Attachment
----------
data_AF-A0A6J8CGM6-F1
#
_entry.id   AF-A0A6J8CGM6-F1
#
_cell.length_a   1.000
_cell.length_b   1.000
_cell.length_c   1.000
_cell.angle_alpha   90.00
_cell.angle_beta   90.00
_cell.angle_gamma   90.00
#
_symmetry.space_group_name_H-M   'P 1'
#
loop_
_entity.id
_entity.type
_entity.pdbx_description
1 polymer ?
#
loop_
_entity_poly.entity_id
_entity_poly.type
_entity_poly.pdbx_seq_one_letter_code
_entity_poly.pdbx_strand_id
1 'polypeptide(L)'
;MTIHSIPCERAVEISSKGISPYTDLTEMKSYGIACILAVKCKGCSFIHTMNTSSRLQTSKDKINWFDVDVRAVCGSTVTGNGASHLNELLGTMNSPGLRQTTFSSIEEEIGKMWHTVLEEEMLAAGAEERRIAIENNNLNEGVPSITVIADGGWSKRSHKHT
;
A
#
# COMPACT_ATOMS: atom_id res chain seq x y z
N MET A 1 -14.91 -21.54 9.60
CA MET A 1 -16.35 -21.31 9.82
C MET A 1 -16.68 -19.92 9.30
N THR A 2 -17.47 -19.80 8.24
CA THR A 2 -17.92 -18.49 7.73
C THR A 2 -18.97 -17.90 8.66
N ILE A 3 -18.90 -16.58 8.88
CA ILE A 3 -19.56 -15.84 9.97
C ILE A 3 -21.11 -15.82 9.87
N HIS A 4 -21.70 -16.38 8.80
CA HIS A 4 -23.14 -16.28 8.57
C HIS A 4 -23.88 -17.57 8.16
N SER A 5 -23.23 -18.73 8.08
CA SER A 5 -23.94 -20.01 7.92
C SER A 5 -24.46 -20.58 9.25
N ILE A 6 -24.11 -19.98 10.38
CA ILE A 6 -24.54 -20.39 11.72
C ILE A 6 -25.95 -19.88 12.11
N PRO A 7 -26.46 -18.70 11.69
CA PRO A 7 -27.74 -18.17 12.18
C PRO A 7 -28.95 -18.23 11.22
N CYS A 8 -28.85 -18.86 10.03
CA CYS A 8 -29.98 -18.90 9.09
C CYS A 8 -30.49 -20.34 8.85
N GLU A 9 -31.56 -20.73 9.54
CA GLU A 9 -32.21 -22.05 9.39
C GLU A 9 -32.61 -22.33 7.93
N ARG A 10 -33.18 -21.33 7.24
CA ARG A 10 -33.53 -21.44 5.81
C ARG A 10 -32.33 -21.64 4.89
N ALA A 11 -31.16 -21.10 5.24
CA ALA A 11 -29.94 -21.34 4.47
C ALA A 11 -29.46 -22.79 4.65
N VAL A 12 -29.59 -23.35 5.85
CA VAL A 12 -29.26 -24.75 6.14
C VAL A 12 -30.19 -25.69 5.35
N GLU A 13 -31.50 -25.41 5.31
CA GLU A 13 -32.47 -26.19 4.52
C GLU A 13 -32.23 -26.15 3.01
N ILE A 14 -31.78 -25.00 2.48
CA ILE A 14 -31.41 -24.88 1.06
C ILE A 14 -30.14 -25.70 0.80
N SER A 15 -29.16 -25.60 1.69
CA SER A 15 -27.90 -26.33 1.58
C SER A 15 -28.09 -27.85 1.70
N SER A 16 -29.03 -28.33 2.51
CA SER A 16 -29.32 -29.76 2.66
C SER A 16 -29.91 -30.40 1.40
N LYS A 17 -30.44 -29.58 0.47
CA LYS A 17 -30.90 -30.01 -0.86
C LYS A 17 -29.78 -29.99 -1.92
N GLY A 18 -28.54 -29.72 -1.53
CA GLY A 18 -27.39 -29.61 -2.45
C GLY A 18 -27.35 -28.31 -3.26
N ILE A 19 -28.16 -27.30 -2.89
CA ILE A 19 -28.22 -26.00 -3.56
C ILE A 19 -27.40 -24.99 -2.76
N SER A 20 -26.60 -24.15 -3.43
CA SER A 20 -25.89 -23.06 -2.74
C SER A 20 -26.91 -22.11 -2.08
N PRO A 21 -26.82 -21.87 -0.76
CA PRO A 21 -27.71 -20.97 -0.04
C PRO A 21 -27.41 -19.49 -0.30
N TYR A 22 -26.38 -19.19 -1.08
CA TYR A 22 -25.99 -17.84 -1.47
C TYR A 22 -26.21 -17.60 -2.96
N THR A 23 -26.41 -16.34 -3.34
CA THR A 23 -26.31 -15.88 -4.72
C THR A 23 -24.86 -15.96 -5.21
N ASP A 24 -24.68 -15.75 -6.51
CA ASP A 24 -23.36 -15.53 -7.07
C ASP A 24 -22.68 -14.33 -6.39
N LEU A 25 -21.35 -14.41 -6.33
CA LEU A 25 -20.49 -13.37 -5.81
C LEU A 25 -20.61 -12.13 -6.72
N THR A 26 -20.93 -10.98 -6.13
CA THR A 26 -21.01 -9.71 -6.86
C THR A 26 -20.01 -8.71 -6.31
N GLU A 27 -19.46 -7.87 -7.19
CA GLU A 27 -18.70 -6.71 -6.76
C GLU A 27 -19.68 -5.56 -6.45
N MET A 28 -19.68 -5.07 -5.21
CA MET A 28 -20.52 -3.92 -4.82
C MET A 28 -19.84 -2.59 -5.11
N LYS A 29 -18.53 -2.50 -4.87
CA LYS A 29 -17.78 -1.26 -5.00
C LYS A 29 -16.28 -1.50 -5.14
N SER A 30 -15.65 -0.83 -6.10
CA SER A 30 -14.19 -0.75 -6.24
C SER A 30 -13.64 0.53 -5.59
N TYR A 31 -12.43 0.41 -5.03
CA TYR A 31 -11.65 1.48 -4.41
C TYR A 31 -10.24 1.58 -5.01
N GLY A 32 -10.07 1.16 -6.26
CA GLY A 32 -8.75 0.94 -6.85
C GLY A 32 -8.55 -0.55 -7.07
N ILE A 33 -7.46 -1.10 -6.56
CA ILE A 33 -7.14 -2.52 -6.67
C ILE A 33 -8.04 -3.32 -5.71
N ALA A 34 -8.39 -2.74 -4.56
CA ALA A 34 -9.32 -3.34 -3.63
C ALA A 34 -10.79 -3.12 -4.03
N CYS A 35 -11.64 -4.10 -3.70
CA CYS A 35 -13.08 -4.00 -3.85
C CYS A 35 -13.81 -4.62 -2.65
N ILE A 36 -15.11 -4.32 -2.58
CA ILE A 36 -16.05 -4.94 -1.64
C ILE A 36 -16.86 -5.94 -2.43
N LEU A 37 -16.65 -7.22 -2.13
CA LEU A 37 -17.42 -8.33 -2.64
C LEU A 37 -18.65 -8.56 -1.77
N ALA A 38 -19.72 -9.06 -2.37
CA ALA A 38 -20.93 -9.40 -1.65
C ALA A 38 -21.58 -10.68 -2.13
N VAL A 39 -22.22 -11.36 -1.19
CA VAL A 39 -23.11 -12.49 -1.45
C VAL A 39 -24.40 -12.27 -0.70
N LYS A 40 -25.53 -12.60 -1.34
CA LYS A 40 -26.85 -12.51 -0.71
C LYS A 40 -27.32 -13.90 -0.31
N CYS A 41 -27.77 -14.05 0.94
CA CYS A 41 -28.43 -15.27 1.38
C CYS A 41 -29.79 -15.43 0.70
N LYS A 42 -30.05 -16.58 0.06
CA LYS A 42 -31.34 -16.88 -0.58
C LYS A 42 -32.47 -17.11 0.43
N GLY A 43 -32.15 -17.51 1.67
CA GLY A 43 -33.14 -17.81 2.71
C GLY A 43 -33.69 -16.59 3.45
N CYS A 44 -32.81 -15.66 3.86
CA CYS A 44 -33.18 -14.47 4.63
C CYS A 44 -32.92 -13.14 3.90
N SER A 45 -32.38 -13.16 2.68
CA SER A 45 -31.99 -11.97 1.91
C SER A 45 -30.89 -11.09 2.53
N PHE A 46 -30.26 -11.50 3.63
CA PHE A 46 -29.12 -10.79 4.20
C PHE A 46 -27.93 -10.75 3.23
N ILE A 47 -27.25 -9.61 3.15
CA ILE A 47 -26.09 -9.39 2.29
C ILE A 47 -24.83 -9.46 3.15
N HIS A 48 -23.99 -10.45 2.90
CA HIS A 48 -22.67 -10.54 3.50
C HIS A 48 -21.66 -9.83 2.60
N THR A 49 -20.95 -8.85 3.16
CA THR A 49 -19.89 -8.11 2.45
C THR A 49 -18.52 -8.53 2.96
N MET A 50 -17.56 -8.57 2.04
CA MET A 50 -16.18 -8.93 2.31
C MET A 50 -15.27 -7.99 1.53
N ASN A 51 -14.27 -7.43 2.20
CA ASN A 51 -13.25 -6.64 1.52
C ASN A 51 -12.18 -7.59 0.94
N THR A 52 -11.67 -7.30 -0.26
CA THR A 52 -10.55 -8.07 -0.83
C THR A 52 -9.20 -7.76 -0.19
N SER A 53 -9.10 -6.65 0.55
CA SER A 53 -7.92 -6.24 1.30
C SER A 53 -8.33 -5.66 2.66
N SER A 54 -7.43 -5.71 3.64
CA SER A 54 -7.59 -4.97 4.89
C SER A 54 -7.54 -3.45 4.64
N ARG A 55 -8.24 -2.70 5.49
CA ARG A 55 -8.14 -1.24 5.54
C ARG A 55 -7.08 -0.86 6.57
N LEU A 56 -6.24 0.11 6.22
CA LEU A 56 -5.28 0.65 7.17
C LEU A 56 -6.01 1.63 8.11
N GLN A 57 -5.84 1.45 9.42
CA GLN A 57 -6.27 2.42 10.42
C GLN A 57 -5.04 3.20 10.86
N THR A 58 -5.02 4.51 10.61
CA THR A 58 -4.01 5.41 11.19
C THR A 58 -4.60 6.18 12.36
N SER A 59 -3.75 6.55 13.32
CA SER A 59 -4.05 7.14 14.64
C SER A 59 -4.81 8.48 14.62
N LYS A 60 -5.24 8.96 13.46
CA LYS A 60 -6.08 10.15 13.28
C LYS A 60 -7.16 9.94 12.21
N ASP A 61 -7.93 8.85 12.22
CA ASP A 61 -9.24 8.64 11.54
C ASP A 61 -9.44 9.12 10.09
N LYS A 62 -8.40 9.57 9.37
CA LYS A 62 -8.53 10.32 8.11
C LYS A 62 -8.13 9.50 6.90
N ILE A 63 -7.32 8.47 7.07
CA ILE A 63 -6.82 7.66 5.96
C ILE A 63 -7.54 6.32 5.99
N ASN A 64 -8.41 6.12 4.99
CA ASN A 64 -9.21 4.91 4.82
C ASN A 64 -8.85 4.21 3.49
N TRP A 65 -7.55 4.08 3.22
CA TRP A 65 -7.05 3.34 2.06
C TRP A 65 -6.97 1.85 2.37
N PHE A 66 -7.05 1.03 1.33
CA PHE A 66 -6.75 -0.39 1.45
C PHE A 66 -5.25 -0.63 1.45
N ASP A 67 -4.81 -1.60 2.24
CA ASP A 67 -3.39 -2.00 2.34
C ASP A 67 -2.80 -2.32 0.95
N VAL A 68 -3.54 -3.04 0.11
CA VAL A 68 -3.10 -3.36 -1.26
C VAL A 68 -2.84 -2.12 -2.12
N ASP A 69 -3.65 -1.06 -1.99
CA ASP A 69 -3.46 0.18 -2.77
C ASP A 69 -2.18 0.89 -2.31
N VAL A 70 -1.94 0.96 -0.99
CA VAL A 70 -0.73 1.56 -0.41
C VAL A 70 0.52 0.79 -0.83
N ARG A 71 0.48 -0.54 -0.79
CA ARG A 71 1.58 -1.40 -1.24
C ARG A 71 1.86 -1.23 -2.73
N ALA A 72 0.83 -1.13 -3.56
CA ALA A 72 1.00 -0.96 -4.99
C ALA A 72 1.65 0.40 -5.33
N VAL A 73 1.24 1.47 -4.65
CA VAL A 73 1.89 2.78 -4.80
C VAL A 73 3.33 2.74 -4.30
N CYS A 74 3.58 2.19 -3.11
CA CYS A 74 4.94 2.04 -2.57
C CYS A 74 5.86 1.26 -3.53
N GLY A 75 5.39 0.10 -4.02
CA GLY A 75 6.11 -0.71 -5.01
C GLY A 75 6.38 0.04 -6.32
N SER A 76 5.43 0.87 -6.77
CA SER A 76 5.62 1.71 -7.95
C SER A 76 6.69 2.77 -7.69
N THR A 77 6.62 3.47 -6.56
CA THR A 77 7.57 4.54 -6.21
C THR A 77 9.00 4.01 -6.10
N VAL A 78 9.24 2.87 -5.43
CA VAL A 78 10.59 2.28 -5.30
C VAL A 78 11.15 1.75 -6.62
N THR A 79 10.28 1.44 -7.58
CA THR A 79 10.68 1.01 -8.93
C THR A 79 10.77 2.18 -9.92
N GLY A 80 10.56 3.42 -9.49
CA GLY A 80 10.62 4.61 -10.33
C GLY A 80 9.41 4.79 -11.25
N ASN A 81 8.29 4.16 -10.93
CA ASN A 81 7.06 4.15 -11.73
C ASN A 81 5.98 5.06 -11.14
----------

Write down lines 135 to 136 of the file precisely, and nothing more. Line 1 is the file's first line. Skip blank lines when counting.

C CYS A 35 -13.81 -4.62 -2.65
N ILE A 36 -15.11 -4.32 -2.58